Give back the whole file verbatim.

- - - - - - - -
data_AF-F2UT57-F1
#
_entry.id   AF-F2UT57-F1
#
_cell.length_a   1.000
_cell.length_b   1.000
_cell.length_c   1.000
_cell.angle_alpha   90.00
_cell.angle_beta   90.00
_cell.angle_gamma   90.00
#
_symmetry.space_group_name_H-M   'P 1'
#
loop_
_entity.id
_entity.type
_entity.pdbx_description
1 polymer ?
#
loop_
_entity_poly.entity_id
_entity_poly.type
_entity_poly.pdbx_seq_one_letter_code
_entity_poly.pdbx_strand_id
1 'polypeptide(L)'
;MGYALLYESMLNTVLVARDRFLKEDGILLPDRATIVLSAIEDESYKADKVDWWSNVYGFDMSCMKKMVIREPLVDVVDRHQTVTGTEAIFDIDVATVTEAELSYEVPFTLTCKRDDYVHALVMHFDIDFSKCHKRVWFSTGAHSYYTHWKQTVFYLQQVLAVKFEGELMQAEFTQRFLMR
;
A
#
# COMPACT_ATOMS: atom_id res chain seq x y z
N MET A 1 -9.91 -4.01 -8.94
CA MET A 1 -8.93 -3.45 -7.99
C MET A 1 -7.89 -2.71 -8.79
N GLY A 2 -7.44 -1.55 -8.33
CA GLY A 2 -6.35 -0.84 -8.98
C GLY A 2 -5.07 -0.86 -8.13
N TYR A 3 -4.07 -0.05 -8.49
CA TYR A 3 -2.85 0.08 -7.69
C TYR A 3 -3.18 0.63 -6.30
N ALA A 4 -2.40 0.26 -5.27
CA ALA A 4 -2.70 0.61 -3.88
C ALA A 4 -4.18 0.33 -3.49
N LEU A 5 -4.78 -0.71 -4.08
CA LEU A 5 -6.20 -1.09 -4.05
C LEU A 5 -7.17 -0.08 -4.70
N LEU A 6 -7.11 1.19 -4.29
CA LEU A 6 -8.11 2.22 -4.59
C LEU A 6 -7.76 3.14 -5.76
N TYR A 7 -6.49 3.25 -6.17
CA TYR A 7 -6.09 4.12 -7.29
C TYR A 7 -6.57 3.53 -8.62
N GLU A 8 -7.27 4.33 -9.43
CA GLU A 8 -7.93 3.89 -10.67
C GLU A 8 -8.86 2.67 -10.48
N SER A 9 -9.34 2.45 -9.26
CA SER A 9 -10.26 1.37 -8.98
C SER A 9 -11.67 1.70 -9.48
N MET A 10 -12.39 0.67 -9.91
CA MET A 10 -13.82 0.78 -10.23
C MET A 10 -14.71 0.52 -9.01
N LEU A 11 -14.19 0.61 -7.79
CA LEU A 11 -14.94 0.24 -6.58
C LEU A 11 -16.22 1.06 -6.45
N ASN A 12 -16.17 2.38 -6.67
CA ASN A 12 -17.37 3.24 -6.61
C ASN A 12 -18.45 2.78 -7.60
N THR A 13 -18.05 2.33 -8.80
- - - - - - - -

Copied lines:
data_AF-F2UT57-F1
#
_entry.id   AF-F2UT57-F1
#
_cell.length_a   1.000
_cell.length_b   1.000
_cell.length_c   1.000
_cell.angle_alpha   90.00
_cell.angle_beta   90.00
_cell.angle_gamma   90.00
#
_symmetry.space_group_name_H-M   'P 1'
#
loop_
_entity.id
_entity.type
_entity.pdbx_description
1 polymer ?
#
loop_
_entity_poly.entity_id
_entity_poly.type
_entity_poly.pdbx_seq_one_letter_code
_entity_poly.pdbx_strand_id
1 'polypeptide(L)'
;MGYALLYESMLNTVLVARDRFLKEDGILLPDRATIVLSAIEDESYKADKVDWWSNVYGFDMSCMKKMVIREPLVDVVDRHQTVTGTEAIFDIDVATVTEAELSYEVPFTLTCKRDDYVHALVMHFDIDFSKCHKRVWFSTGAHSYYTHWKQTVFYLQQVLAVKFEGELMQAEFTQRFLMR
;
A
#
# COMPACT_ATOMS: atom_id res chain seq x y z
N MET A 1 -9.91 -4.01 -8.94
CA MET A 1 -8.93 -3.45 -7.99
C MET A 1 -7.89 -2.71 -8.79
N GLY A 2 -7.44 -1.55 -8.33
CA GLY A 2 -6.35 -0.84 -8.98
C GLY A 2 -5.07 -0.86 -8.13
N TYR A 3 -4.07 -0.05 -8.49
CA TYR A 3 -2.85 0.08 -7.69
C TYR A 3 -3.18 0.63 -6.30
N ALA A 4 -2.40 0.26 -5.27
CA ALA A 4 -2.70 0.61 -3.88
C ALA A 4 -4.18 0.33 -3.49
N LEU A 5 -4.78 -0.71 -4.08
CA LEU A 5 -6.20 -1.09 -4.05
C LEU A 5 -7.17 -0.08 -4.70
N LEU A 6 -7.11 1.19 -4.29
CA LEU A 6 -8.11 2.22 -4.59
C LEU A 6 -7.76 3.14 -5.76
N TYR A 7 -6.49 3.25 -6.17
CA TYR A 7 -6.09 4.12 -7.29
C TYR A 7 -6.57 3.53 -8.62
N GLU A 8 -7.27 4.33 -9.43
CA GLU A 8 -7.93 3.89 -10.67
C GLU A 8 -8.86 2.67 -10.48
N SER A 9 -9.34 2.45 -9.26
CA SER A 9 -10.26 1.37 -8.98
C SER A 9 -11.67 1.70 -9.48
N MET A 10 -12.39 0.67 -9.91
CA MET A 10 -13.82 0.78 -10.23
C MET A 10 -14.71 0.52 -9.01
N LEU A 11 -14.19 0.61 -7.79
CA LEU A 11 -14.94 0.24 -6.58
C LEU A 11 -16.22 1.06 -6.45
N ASN A 12 -16.17 2.38 -6.67
CA ASN A 12 -17.37 3.24 -6.61
C ASN A 12 -18.45 2.78 -7.60
N THR A 13 -18.05 2.33 -8.80